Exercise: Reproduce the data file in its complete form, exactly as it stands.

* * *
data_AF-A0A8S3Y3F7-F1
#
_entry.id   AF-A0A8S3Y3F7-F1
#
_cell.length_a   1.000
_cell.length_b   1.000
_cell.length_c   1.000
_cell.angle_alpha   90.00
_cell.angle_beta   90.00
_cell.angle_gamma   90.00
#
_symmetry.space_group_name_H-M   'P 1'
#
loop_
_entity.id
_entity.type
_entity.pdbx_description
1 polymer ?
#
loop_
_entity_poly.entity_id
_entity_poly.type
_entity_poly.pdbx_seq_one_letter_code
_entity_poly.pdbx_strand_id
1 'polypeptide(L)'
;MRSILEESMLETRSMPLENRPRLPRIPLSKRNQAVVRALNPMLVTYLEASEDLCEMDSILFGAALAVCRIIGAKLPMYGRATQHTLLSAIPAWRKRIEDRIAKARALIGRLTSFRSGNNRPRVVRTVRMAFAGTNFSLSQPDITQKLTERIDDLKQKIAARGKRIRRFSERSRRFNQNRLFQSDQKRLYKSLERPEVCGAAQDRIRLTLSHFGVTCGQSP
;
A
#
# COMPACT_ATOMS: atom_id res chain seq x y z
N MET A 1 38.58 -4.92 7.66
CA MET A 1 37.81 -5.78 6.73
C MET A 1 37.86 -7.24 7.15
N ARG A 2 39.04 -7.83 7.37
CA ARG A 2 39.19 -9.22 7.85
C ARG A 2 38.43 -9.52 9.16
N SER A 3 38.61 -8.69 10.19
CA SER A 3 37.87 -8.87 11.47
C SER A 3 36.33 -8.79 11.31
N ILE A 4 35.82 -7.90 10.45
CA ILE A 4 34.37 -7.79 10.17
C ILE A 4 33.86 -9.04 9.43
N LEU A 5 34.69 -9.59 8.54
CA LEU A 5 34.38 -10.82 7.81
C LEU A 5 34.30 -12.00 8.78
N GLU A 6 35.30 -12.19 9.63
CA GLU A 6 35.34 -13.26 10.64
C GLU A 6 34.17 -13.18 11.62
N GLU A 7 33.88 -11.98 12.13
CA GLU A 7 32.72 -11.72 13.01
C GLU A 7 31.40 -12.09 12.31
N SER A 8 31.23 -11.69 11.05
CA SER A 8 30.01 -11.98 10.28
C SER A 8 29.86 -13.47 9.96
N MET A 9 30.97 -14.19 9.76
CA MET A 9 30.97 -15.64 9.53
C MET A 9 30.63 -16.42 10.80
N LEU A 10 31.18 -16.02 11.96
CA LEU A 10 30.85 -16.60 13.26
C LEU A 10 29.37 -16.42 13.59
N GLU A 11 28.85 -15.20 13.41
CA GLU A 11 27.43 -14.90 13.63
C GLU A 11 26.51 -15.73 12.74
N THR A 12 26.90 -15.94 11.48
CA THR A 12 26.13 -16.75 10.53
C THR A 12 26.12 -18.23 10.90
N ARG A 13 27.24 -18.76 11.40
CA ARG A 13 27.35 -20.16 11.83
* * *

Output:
data_AF-A0A8S3Y3F7-F1
#
_entry.id   AF-A0A8S3Y3F7-F1
#
_cell.length_a   1.000
_cell.length_b   1.000
_cell.length_c   1.000
_cell.angle_alpha   90.00
_cell.angle_beta   90.00
_cell.angle_gamma   90.00
#
_symmetry.space_group_name_H-M   'P 1'
#
loop_
_entity.id
_entity.type
_entity.pdbx_description
1 polymer ?
#
loop_
_entity_poly.entity_id
_entity_poly.type
_entity_poly.pdbx_seq_one_letter_code
_entity_poly.pdbx_strand_id
1 'polypeptide(L)'
;MRSILEESMLETRSMPLENRPRLPRIPLSKRNQAVVRALNPMLVTYLEASEDLCEMDSILFGAALAVCRIIGAKLPMYGRATQHTLLSAIPAWRKRIEDRIAKARALIGRLTSFRSGNNRPRVVRTVRMAFAGTNFSLSQPDITQKLTERIDDLKQKIAARGKRIRRFSERSRRFNQNRLFQSDQKRLYKSLERPEVCGAAQDRIRLTLSHFGVTCGQSP
;
A
#
# COMPACT_ATOMS: atom_id res chain seq x y z
N MET A 1 38.58 -4.92 7.66
CA MET A 1 37.81 -5.78 6.73
C MET A 1 37.86 -7.24 7.15
N ARG A 2 39.04 -7.83 7.37
CA ARG A 2 39.19 -9.22 7.85
C ARG A 2 38.43 -9.52 9.16
N SER A 3 38.61 -8.69 10.19
CA SER A 3 37.87 -8.87 11.47
C SER A 3 36.33 -8.79 11.31
N ILE A 4 35.82 -7.90 10.45
CA ILE A 4 34.37 -7.79 10.17
C ILE A 4 33.86 -9.04 9.43
N LEU A 5 34.69 -9.59 8.54
CA LEU A 5 34.38 -10.82 7.81
C LEU A 5 34.30 -12.00 8.78
N GLU A 6 35.30 -12.19 9.63
CA GLU A 6 35.34 -13.26 10.64
C GLU A 6 34.17 -13.18 11.62
N GLU A 7 33.88 -11.98 12.13
CA GLU A 7 32.72 -11.72 13.01
C GLU A 7 31.40 -12.09 12.31
N SER A 8 31.23 -11.69 11.05
CA SER A 8 30.01 -11.98 10.28
C SER A 8 29.86 -13.47 9.96
N MET A 9 30.97 -14.19 9.76
CA MET A 9 30.97 -15.64 9.53
C MET A 9 30.63 -16.42 10.80
N LEU A 10 31.18 -16.02 11.96
CA LEU A 10 30.85 -16.60 13.26
C LEU A 10 29.37 -16.42 13.59
N GLU A 11 28.85 -15.20 13.41
CA GLU A 11 27.43 -14.90 13.63
C GLU A 11 26.51 -15.73 12.74
N THR A 12 26.90 -15.94 11.48
CA THR A 12 26.13 -16.75 10.53
C THR A 12 26.12 -18.23 10.90
N ARG A 13 27.24 -18.76 11.40
CA ARG A 13 27.35 -20.16 11.83